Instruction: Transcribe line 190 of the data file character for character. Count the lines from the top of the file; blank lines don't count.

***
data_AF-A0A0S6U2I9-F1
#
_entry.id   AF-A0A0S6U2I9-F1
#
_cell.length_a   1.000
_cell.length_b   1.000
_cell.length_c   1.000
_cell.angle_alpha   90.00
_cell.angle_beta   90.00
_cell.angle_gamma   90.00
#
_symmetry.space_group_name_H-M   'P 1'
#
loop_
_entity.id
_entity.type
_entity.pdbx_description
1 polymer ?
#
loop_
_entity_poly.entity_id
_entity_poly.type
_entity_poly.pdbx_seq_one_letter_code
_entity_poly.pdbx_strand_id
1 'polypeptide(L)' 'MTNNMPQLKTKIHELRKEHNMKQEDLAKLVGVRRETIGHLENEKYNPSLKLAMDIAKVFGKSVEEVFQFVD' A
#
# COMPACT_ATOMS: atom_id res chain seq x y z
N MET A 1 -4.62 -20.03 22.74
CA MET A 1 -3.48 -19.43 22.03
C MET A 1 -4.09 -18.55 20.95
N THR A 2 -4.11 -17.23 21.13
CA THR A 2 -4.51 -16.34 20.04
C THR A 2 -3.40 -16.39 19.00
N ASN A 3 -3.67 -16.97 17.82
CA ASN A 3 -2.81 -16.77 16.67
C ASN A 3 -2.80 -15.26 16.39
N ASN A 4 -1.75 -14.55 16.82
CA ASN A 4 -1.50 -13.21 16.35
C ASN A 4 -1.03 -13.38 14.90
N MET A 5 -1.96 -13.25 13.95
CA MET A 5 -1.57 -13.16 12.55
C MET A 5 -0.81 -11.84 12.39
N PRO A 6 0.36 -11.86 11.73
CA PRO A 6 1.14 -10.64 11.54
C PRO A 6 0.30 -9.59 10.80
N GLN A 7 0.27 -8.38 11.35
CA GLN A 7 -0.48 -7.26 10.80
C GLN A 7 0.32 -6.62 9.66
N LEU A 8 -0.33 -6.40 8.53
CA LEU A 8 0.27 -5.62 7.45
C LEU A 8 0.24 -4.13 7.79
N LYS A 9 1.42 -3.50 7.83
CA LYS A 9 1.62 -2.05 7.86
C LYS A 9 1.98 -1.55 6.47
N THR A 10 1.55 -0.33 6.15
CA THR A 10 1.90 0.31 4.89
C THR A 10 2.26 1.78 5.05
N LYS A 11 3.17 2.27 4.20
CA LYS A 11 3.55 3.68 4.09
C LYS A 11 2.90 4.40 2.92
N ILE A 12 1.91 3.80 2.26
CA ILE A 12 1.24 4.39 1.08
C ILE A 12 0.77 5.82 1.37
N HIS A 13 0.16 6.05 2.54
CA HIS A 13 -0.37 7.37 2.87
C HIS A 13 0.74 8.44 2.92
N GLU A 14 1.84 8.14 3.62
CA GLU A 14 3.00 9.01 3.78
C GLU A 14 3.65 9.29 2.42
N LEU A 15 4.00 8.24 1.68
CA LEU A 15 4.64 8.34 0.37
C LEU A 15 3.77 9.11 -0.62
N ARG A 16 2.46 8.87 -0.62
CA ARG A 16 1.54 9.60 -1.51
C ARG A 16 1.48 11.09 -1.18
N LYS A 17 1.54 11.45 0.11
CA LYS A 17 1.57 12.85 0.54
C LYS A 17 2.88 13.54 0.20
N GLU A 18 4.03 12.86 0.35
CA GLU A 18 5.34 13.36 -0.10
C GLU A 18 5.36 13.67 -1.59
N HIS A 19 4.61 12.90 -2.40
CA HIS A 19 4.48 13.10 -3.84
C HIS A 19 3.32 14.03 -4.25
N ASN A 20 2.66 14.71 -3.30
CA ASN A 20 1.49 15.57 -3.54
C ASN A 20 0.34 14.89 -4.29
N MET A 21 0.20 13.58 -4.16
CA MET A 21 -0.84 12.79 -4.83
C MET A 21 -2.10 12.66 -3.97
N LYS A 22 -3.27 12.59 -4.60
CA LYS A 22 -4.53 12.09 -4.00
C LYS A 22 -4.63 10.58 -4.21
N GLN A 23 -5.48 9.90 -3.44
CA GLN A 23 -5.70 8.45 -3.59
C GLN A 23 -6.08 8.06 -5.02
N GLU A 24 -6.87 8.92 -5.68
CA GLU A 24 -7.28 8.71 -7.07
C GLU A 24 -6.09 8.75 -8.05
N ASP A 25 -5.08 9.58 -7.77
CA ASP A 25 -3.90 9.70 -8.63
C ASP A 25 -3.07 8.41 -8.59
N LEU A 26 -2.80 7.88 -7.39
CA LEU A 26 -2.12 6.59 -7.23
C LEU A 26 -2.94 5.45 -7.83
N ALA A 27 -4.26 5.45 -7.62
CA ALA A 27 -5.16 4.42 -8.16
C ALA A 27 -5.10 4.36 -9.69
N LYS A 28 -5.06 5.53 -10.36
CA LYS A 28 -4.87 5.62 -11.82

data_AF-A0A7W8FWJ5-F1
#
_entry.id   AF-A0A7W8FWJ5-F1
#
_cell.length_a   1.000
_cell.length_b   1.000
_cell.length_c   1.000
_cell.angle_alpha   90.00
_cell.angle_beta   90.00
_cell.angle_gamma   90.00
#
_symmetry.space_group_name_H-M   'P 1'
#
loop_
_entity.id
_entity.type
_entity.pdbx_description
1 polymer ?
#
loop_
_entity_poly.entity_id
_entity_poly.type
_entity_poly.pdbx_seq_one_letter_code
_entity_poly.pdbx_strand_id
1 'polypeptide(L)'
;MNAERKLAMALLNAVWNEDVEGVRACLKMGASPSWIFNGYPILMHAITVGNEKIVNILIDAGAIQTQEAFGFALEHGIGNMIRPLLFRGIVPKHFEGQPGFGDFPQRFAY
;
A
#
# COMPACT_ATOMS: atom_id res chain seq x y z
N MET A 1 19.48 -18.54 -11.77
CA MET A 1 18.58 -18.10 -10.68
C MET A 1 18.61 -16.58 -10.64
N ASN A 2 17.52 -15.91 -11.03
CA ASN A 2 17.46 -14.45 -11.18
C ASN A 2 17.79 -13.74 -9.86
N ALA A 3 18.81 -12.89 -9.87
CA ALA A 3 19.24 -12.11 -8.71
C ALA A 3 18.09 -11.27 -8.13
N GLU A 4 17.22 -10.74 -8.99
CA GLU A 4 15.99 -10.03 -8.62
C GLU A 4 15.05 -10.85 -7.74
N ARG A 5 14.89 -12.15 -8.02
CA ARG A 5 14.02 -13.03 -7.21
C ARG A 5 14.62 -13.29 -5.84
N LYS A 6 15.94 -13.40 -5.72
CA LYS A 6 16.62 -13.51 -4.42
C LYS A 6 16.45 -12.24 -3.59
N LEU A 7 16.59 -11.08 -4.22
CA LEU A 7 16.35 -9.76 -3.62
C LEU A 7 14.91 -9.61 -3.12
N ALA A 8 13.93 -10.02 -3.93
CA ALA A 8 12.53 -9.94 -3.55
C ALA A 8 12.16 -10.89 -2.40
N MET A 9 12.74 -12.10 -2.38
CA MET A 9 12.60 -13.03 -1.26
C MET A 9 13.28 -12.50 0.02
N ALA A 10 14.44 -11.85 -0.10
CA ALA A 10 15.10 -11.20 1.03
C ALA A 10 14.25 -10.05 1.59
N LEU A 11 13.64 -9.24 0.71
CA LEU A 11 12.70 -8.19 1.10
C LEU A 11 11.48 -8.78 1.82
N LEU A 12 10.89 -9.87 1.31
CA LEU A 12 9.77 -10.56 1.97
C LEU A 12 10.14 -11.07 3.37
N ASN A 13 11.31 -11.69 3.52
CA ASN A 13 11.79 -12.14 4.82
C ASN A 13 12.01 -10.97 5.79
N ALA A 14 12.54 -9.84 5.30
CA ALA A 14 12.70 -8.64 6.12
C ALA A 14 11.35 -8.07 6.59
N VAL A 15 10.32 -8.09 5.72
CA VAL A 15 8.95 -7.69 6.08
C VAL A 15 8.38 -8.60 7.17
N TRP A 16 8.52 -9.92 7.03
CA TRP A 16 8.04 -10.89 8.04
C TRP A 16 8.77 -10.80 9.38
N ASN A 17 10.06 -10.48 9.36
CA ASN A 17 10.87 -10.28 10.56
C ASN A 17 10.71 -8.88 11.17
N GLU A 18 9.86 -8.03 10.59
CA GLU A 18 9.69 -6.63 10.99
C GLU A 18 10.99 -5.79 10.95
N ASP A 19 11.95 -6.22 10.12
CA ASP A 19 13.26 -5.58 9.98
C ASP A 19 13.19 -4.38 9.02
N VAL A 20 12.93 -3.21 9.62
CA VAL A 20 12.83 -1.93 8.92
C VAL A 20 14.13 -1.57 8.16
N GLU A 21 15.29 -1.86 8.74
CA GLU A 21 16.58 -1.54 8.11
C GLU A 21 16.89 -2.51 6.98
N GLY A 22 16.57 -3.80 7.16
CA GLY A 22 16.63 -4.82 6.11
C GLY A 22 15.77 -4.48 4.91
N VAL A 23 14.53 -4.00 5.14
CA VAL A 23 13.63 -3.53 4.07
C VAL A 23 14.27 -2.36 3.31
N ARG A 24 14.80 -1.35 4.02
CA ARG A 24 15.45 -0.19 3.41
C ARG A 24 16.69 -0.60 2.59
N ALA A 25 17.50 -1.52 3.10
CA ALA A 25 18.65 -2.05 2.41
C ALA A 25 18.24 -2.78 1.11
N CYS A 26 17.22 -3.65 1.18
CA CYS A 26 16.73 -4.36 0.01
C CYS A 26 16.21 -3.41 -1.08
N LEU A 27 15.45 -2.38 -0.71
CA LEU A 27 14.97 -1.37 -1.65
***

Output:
CA ASN A 17 10.87 -10.28 10.56